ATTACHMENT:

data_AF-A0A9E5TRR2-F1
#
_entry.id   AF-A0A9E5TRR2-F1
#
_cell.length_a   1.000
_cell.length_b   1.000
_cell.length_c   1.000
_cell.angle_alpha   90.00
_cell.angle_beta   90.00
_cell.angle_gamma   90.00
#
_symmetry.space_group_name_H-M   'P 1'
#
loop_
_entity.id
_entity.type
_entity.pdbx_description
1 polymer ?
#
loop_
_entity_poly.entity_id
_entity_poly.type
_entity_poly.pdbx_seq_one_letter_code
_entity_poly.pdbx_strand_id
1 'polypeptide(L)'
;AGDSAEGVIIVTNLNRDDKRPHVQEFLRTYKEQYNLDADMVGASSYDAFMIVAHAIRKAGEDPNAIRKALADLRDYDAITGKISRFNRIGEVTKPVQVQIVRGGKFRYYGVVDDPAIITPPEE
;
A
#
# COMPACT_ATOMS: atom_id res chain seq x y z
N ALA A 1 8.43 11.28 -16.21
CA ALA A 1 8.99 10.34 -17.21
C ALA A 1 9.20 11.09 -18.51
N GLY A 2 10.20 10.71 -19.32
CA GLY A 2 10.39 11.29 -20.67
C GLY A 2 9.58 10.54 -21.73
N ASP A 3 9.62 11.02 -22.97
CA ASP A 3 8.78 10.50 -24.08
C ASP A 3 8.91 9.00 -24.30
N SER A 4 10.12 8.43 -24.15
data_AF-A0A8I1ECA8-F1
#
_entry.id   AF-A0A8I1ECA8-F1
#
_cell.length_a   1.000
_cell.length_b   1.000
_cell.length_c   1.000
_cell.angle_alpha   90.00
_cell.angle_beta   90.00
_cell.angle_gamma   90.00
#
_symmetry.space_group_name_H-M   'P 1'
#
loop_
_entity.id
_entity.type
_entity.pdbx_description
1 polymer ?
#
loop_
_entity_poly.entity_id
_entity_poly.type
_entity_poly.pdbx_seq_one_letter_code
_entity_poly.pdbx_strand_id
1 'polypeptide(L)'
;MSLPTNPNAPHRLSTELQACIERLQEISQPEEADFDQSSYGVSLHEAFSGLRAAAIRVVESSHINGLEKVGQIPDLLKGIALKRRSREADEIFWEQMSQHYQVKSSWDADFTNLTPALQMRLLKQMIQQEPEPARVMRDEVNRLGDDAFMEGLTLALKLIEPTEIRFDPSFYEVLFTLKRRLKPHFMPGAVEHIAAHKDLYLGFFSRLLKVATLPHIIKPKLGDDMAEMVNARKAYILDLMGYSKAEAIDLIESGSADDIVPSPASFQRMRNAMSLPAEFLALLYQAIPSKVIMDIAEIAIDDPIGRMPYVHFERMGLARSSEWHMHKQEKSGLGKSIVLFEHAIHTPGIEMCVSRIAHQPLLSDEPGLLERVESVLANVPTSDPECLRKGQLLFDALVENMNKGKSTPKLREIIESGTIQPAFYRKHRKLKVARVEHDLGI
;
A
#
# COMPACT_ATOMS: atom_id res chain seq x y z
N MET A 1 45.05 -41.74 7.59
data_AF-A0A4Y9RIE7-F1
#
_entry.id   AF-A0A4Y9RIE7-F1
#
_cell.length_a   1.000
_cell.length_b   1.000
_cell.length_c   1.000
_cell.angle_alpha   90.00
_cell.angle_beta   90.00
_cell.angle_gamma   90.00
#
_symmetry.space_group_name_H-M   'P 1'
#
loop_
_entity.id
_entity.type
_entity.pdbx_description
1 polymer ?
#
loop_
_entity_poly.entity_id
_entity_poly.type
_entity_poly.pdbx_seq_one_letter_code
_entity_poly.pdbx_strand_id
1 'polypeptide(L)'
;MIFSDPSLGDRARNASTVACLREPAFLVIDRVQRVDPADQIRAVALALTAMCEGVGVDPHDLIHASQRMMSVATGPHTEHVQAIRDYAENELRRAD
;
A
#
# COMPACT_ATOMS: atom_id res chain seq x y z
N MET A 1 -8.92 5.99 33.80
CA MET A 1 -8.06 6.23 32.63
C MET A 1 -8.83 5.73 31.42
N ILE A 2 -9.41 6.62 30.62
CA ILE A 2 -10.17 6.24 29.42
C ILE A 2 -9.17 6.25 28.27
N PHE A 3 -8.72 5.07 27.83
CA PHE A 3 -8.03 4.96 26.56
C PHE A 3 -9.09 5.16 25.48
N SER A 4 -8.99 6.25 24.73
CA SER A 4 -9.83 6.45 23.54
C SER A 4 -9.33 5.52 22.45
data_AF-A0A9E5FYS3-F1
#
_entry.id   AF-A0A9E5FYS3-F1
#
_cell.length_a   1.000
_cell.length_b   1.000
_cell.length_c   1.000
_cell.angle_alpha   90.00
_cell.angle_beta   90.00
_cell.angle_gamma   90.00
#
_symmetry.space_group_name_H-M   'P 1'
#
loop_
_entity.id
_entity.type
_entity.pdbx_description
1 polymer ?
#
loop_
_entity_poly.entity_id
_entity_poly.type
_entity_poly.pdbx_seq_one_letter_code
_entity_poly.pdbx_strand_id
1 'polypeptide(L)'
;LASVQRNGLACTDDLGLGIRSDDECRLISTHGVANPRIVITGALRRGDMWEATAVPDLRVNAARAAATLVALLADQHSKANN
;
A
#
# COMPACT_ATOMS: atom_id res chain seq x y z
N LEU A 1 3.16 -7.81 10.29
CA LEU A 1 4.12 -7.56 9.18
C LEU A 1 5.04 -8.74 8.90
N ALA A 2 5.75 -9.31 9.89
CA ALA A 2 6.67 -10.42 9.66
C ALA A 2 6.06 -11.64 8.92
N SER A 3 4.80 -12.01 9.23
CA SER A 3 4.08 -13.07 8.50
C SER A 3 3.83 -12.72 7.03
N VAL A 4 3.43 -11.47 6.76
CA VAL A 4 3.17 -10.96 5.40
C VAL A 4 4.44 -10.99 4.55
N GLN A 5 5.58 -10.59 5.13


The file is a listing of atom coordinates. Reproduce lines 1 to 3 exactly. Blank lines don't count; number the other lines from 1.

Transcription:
data_AF-A0A9E5TRR2-F1
#
_entry.id   AF-A0A9E5TRR2-F1